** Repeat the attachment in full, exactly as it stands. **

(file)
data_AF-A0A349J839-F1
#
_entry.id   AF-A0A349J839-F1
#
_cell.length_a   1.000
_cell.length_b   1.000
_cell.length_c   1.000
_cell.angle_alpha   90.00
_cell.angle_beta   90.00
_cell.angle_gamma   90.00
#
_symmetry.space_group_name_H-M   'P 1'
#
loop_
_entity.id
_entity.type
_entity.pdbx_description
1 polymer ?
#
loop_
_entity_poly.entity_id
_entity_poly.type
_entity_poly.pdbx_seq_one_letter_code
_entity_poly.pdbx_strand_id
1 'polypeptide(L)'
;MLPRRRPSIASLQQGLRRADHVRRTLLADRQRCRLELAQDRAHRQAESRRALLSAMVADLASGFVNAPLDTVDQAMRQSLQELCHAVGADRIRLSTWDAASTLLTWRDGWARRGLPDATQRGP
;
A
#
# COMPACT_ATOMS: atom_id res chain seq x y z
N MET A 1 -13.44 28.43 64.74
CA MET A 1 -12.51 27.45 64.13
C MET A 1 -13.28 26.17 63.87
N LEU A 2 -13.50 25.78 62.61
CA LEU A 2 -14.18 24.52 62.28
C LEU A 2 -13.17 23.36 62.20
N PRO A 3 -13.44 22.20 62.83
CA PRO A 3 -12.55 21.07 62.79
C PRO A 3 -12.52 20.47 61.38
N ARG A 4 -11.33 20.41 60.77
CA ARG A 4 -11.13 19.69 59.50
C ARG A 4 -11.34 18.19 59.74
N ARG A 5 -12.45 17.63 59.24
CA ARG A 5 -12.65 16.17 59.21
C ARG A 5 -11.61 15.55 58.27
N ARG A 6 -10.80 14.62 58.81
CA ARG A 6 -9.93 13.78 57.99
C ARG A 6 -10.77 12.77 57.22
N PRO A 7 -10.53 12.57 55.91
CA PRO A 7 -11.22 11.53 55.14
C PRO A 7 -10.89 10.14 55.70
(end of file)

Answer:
data_AF-A0A349J839-F1
#
_entry.id   AF-A0A349J839-F1
#
_cell.length_a   1.000
_cell.length_b   1.000
_cell.length_c   1.000
_cell.angle_alpha   90.00
_cell.angle_beta   90.00
_cell.angle_gamma   90.00
#
_symmetry.space_group_name_H-M   'P 1'
#
loop_
_entity.id
_entity.type
_entity.pdbx_description
1 polymer ?
#
loop_
_entity_poly.entity_id
_entity_poly.type
_entity_poly.pdbx_seq_one_letter_code
_entity_poly.pdbx_strand_id
1 'polypeptide(L)'
;MLPRRRPSIASLQQGLRRADHVRRTLLADRQRCRLELAQDRAHRQAESRRALLSAMVADLASGFVNAPLDTVDQAMRQSLQELCHAVGADRIRLSTWDAASTLLTWRDGWARRGLPDATQRGP
;
A
#
# COMPACT_ATOMS: atom_id res chain seq x y z
N MET A 1 -13.44 28.43 64.74
CA MET A 1 -12.51 27.45 64.13
C MET A 1 -13.28 26.17 63.87
N LEU A 2 -13.50 25.78 62.61
CA LEU A 2 -14.18 24.52 62.28
C LEU A 2 -13.17 23.36 62.20
N PRO A 3 -13.44 22.20 62.83
CA PRO A 3 -12.55 21.07 62.79
C PRO A 3 -12.52 20.47 61.38
N ARG A 4 -11.33 20.41 60.77
CA ARG A 4 -11.13 19.69 59.50
C ARG A 4 -11.34 18.19 59.74
N ARG A 5 -12.45 17.63 59.24
CA ARG A 5 -12.65 16.17 59.21
C ARG A 5 -11.61 15.55 58.27
N ARG A 6 -10.80 14.62 58.81
CA ARG A 6 -9.93 13.78 57.99
C ARG A 6 -10.77 12.77 57.22
N PRO A 7 -10.53 12.57 55.91
CA PRO A 7 -11.22 11.53 55.14
C PRO A 7 -10.89 10.14 55.70